Prices at the pump are driving more car buyers to look into electricity as an alternative fuel source.
This summer, oil and gas prices surged to new highs. Oil reached per barrel for the first time in history in August, boosting prices at the gas pump to per gallon in many parts of the country.
The rising prices have sparked a high interest in electric cars, scooters, bicycles and all-terrain vehicles, said Alex Campbell, spokesman for Zap, a company that makes battery-powered vehicles.
“We have had thousands of people calling and e-mailing us in the past few months,” Campbell said. “The economics of oil are becoming an issue for average consumers. And when you look at the cost of plugging in versus pumping gas, it makes a lot of sense.”
Gas cars use about 12 cents’ worth of fuel for every mile, whereas electric cars use only 3 cents’ worth. That means an electric car can travel four times as far as a gasoline car for the same money. Other vehicles, like electric bicycles, use about a penny’s worth of energy for every five miles and achieve an average fuel efficiency of more than 1,000 miles per gallon.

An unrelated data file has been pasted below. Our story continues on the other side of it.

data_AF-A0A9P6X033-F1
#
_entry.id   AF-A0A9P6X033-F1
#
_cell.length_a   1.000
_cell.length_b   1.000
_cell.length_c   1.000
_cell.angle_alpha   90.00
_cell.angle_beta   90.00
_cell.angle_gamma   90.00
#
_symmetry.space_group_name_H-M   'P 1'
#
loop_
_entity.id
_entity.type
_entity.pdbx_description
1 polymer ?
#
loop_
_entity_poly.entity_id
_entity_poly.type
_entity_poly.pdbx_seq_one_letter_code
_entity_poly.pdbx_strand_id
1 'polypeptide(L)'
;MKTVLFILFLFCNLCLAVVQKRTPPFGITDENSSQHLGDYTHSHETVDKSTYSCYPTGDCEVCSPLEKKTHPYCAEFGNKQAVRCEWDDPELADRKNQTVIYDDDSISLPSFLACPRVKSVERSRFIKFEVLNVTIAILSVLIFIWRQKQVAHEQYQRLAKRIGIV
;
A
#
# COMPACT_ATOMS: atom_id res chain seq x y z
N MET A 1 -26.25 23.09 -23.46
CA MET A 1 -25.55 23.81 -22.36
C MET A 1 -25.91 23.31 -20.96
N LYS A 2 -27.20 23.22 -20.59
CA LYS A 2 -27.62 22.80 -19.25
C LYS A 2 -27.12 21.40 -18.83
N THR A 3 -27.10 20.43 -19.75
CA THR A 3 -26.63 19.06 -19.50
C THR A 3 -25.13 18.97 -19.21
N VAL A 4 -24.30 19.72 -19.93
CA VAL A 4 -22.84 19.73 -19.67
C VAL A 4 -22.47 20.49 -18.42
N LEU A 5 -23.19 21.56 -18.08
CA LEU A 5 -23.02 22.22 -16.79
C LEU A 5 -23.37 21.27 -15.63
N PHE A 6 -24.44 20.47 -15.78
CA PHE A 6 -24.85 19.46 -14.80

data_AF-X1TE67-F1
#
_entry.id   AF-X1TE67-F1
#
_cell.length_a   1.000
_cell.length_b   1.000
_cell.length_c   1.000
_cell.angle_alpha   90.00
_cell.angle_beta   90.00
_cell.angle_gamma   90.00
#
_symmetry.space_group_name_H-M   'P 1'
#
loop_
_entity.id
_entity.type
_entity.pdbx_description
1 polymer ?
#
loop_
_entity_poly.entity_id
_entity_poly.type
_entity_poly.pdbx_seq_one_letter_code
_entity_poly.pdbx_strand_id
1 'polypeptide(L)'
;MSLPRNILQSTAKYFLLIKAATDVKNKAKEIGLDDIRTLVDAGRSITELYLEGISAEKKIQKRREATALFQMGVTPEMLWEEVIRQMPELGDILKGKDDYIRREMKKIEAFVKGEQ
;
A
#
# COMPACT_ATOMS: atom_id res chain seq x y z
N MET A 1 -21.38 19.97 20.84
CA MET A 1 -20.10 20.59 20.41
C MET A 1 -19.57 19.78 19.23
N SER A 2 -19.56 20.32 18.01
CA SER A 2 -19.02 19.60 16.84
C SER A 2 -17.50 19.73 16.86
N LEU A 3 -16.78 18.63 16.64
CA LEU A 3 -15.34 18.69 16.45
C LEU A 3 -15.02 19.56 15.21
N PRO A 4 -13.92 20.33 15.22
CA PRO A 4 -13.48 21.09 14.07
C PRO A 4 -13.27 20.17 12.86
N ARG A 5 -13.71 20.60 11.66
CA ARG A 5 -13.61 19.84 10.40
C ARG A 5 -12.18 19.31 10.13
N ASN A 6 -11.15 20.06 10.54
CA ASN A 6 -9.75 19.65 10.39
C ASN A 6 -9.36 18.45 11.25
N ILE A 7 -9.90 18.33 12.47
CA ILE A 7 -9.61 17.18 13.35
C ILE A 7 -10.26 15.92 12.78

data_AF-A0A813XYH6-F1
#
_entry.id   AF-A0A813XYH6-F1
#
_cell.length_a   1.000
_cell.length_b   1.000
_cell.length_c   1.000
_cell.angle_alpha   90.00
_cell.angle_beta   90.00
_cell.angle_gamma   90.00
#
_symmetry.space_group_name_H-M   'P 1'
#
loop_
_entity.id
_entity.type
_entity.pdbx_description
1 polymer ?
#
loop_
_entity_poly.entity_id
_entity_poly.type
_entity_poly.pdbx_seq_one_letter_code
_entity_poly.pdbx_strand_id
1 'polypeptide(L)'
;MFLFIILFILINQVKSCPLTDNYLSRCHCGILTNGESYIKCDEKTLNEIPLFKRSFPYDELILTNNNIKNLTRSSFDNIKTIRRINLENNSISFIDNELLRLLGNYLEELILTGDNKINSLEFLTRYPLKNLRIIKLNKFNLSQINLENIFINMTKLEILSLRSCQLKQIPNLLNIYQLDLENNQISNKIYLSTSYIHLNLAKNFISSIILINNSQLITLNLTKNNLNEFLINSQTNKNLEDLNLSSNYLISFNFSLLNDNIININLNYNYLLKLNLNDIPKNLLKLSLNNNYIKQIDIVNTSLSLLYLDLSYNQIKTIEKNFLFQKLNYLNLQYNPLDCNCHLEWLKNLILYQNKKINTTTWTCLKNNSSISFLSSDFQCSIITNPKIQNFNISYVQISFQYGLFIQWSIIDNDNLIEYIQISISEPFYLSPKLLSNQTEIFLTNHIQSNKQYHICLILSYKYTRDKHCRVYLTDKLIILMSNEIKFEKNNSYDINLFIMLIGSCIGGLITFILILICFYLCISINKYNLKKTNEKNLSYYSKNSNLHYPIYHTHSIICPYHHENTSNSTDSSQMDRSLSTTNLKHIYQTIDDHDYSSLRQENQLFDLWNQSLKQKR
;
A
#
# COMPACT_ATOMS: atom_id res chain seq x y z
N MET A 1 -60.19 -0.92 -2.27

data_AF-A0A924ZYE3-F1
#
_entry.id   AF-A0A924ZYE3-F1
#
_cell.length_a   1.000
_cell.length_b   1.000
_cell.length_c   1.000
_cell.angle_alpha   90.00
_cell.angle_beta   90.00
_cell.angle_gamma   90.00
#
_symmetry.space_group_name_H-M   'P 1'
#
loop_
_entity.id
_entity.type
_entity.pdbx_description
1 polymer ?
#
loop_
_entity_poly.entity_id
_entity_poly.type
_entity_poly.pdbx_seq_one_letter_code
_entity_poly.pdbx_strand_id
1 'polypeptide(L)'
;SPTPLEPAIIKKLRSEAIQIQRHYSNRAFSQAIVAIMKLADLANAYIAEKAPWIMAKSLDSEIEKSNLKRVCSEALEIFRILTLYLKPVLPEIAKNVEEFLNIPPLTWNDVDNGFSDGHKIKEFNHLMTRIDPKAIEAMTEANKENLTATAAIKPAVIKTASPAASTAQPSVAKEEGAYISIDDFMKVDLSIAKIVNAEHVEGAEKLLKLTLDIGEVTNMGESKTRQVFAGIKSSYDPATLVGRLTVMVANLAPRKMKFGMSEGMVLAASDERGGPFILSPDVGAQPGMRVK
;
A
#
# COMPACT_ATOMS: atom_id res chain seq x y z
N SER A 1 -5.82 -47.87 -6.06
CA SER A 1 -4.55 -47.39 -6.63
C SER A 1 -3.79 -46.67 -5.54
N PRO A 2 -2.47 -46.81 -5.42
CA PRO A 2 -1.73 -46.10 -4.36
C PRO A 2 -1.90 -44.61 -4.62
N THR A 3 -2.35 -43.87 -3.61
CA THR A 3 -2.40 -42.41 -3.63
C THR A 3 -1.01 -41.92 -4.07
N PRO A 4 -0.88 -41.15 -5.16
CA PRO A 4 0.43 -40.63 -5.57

Driving an electric car is not only good for your pocketbook, it’s good for the environment. Electric cars emit 98 percent less pollution than gas cars, even after accounting for power plant emissions. This can help reduce greenhouse gas emissions, which scientists say contribute to global warming and climate change.
“Driving an electric car is a new experience that you have to try to understand,” Campbell said. “Once people add an electric car to their family, most people prefer to use the electric car over the gas car.”
A Green Car Institute study of electric car use in California shows that when given the choice between an electric car and a conventional one, owners chose the electric 90 percent of the time. The cars can be plugged into a regular 110-volt outlet to be recharged.
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* What is a monopoly? It turns out, it’s more than just a board game. It’s a terrible, terrible economic practice in which giant corporations dominate markets and hurt consumers. Except when it isn’t. In some industries, monopolies are the most efficient way to do business. Utilities like electricity, water, and broadband internet access are probably less efficiently delivered in competitive markets. Come along, and let us monopolize your attention for a few minutes. You might learn something. And you might land on Free Parking.
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Monopolies and Anti-Competitive Markets: Crash Course Economics #25